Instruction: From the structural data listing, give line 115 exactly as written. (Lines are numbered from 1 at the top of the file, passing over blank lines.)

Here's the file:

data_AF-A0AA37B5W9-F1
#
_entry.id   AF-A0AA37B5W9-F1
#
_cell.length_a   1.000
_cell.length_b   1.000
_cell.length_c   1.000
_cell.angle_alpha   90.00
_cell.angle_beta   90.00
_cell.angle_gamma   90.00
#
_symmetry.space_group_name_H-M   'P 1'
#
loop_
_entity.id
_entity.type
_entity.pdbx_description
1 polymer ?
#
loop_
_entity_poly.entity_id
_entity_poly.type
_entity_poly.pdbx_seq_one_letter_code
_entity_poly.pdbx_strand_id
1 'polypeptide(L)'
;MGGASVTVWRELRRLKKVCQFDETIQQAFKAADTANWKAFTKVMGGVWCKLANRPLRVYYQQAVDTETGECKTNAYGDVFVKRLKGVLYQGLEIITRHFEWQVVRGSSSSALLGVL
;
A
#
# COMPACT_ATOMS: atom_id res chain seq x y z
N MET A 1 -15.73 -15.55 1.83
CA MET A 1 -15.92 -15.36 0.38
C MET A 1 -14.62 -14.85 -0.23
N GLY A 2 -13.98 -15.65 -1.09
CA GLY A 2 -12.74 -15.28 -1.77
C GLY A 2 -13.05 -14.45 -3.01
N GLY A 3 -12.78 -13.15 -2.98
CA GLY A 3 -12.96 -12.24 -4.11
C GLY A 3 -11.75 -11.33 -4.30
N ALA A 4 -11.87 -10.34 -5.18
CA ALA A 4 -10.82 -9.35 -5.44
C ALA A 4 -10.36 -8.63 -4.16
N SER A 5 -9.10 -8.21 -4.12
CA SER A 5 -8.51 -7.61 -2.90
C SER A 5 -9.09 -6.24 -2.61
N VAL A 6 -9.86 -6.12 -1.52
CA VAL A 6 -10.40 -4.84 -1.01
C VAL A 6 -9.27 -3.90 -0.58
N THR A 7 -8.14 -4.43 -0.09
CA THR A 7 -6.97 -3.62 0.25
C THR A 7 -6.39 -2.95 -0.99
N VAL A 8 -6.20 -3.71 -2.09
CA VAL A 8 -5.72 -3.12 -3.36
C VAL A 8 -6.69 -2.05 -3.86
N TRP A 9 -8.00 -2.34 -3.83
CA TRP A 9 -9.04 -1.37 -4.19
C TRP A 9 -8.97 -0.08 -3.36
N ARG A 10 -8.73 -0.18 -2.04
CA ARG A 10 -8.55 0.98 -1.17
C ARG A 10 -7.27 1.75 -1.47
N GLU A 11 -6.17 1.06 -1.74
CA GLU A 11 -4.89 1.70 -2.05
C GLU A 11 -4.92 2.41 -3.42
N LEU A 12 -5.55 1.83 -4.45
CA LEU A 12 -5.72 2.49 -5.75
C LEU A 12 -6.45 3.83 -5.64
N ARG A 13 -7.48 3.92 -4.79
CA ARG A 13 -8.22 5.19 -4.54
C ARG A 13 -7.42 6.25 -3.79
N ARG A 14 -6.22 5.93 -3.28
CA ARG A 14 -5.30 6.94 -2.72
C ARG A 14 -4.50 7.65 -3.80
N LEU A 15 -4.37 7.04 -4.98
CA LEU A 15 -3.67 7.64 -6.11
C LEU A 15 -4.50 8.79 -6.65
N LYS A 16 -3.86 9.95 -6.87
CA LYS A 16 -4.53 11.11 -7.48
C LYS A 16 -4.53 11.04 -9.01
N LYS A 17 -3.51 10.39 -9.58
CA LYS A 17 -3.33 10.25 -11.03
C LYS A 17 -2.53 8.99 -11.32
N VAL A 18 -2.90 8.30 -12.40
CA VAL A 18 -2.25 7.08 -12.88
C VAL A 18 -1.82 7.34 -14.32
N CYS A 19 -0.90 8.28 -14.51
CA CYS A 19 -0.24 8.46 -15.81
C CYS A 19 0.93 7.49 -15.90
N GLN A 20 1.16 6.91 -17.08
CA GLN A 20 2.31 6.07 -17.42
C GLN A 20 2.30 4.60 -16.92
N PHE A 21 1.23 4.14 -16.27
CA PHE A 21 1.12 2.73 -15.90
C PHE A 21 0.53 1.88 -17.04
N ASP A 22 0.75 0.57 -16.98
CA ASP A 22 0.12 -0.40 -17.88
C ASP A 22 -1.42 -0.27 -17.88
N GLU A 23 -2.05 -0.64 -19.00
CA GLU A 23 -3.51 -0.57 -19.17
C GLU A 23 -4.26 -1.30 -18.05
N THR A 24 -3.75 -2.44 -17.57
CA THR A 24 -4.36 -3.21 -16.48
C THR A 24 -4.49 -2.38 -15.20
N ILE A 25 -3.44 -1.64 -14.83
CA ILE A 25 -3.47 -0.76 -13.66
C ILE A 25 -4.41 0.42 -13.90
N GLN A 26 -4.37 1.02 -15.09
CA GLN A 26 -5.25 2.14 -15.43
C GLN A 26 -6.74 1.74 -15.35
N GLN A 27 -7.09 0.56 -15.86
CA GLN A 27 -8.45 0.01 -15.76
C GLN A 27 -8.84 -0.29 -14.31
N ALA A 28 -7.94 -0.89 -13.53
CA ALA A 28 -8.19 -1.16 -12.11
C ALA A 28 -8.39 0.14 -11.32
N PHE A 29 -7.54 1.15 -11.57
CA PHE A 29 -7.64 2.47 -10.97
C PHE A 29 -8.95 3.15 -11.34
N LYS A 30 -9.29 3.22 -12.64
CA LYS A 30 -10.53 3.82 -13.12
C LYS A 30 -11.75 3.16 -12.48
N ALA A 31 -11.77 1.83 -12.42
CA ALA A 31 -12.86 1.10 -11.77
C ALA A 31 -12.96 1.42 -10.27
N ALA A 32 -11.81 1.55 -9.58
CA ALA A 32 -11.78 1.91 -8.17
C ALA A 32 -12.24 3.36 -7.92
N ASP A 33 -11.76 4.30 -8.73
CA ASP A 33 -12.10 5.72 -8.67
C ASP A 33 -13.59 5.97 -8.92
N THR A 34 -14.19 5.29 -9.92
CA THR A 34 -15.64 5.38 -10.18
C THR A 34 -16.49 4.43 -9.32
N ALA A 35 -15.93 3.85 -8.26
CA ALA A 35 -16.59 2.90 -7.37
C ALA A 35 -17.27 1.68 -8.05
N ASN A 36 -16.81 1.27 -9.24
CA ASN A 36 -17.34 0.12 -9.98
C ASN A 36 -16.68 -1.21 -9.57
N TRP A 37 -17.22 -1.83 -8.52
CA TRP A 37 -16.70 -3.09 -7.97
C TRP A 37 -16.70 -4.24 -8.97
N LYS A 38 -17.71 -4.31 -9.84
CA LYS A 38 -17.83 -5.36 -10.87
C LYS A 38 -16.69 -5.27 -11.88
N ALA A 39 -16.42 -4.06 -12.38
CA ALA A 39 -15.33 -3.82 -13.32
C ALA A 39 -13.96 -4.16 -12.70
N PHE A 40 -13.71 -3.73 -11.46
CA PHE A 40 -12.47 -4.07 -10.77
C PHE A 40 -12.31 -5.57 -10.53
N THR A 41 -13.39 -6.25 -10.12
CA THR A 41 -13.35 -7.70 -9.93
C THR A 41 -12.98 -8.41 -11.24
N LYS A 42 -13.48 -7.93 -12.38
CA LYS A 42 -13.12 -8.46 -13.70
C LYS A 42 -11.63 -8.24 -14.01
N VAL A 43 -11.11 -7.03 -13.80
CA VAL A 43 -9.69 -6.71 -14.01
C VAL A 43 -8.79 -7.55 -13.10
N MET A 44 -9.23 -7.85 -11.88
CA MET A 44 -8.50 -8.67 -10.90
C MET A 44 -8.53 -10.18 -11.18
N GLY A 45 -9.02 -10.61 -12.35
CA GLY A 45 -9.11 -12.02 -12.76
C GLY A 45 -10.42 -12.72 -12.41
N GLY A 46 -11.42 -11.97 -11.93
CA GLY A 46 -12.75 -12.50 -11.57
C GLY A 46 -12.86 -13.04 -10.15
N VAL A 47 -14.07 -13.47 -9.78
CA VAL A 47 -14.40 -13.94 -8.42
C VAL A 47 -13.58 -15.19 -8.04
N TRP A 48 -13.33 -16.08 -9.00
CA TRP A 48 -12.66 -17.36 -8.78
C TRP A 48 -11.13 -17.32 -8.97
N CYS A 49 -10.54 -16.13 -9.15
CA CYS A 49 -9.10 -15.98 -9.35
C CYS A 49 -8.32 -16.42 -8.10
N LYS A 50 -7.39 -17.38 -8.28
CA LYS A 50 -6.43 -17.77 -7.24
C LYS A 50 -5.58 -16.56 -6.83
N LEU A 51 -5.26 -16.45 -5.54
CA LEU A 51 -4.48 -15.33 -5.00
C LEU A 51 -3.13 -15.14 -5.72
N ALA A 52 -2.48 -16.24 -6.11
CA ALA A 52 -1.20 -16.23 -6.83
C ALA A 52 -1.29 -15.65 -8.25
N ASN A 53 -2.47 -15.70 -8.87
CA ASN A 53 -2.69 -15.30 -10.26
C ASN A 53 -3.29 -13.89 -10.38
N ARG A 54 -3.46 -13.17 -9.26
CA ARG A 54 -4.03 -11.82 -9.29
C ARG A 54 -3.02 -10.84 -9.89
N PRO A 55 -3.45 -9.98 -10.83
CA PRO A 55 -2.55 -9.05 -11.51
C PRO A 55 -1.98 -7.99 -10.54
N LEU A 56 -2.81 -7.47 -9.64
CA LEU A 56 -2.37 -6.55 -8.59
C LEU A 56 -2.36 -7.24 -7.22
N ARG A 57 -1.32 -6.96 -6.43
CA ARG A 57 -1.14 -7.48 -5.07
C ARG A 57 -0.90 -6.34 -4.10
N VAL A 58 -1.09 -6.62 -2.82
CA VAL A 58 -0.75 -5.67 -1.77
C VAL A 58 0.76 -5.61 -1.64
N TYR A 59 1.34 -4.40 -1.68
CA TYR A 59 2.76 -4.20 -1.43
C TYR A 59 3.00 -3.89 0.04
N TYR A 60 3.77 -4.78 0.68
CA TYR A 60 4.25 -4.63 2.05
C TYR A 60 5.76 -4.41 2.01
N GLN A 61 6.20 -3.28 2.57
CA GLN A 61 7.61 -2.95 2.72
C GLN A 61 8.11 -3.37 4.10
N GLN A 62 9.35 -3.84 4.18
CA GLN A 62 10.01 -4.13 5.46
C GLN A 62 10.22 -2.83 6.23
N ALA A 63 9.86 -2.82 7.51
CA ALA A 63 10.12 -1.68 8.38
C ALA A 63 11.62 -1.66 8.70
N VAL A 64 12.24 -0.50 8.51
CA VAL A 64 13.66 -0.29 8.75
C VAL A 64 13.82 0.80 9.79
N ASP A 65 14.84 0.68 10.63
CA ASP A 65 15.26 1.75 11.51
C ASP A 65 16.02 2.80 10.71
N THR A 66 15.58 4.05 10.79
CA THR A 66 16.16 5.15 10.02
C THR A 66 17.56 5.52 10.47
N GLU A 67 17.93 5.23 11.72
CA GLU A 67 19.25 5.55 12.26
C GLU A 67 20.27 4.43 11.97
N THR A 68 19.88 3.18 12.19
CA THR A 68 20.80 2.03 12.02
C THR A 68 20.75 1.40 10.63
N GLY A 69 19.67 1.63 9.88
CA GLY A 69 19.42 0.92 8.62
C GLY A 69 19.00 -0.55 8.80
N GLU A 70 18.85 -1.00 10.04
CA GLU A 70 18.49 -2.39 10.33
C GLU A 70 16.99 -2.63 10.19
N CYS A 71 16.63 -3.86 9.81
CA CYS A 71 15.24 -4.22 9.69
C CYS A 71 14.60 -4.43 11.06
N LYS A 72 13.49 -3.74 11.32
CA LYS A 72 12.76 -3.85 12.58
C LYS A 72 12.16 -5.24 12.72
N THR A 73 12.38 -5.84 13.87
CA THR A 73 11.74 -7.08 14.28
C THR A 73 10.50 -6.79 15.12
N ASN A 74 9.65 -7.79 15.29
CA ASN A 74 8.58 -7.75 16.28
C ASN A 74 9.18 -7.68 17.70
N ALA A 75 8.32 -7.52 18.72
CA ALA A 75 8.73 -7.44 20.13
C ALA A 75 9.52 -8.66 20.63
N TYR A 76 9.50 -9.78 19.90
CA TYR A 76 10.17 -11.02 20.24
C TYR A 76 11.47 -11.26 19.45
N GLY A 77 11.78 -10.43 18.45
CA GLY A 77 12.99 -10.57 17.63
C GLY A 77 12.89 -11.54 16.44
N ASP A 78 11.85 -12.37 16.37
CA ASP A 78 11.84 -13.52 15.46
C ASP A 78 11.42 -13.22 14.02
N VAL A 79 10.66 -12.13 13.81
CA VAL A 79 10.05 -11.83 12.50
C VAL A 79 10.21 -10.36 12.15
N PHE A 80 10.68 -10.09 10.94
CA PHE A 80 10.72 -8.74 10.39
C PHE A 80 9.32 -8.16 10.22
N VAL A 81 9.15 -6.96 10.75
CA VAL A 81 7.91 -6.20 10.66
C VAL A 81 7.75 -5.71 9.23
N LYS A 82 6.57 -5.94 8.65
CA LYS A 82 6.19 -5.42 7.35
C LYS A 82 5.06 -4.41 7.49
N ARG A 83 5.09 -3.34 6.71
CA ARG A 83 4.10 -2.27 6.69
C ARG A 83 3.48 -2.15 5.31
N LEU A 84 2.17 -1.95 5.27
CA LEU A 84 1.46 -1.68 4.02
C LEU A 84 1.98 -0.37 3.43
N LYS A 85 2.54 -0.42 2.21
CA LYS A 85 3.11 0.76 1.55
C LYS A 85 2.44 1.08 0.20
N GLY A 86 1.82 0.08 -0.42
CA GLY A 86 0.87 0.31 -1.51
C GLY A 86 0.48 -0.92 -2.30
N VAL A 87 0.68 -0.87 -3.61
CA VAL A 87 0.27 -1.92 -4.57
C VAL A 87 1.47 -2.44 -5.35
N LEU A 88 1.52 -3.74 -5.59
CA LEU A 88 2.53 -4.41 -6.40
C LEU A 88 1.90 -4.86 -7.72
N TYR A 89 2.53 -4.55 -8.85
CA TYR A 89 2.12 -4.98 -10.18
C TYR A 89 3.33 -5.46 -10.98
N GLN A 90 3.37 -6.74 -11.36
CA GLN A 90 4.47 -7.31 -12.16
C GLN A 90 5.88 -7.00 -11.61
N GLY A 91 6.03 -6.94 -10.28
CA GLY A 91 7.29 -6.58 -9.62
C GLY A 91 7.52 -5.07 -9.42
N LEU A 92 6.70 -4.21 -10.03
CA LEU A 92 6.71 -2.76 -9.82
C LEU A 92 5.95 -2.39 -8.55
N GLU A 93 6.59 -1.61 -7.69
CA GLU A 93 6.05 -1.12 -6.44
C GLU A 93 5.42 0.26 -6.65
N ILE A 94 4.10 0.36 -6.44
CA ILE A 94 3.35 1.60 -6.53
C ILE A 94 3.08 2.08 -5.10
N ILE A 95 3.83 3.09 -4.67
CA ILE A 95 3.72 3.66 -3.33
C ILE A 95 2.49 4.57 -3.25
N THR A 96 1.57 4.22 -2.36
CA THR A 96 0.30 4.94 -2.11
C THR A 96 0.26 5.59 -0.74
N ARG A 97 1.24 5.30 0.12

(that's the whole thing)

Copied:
N PHE A 29 -7.54 1.15 -11.57